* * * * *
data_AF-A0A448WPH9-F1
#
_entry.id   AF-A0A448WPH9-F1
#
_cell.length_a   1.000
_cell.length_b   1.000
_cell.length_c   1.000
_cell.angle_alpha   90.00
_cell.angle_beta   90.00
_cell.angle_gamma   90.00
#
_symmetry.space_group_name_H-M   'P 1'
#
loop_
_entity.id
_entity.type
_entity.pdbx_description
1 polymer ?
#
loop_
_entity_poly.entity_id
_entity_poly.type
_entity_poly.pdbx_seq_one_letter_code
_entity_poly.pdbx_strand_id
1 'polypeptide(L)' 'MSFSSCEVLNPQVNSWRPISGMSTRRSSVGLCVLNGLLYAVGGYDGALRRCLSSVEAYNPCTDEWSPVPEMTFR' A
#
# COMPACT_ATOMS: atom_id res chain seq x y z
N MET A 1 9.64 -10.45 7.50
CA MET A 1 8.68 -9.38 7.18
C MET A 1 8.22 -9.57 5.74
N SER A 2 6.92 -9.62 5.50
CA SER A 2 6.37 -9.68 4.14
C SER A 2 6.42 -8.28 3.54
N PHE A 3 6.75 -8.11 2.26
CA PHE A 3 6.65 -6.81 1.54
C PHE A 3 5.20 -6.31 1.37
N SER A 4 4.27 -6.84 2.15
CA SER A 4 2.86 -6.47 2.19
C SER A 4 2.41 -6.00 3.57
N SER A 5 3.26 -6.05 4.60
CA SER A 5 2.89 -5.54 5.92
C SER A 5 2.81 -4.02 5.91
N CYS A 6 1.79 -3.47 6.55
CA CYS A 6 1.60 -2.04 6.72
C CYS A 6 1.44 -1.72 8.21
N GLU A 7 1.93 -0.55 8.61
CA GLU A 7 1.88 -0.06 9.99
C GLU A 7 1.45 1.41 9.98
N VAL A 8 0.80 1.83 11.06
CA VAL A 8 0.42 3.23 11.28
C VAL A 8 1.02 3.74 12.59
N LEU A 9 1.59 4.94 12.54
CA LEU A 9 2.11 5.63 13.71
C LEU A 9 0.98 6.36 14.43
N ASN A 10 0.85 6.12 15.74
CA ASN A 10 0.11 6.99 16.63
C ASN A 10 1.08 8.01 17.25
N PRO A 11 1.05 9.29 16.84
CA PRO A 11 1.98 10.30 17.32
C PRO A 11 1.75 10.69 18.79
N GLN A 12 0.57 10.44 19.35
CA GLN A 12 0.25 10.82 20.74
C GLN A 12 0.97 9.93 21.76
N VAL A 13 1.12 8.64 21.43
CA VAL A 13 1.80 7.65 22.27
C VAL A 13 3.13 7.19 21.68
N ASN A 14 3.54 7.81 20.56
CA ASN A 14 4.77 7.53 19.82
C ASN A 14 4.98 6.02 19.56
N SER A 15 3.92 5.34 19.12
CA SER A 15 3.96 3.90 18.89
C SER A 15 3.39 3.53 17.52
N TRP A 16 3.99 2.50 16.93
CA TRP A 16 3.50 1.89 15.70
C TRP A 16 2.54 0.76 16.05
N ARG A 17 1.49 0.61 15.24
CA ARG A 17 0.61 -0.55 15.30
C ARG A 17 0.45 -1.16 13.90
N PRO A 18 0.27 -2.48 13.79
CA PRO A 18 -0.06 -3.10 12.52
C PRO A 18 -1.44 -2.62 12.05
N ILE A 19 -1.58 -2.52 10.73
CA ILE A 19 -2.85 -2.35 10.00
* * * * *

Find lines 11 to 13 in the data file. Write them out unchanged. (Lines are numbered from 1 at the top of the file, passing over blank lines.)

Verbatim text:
#
_symmetry.space_group_name_H-M   'P 1'
#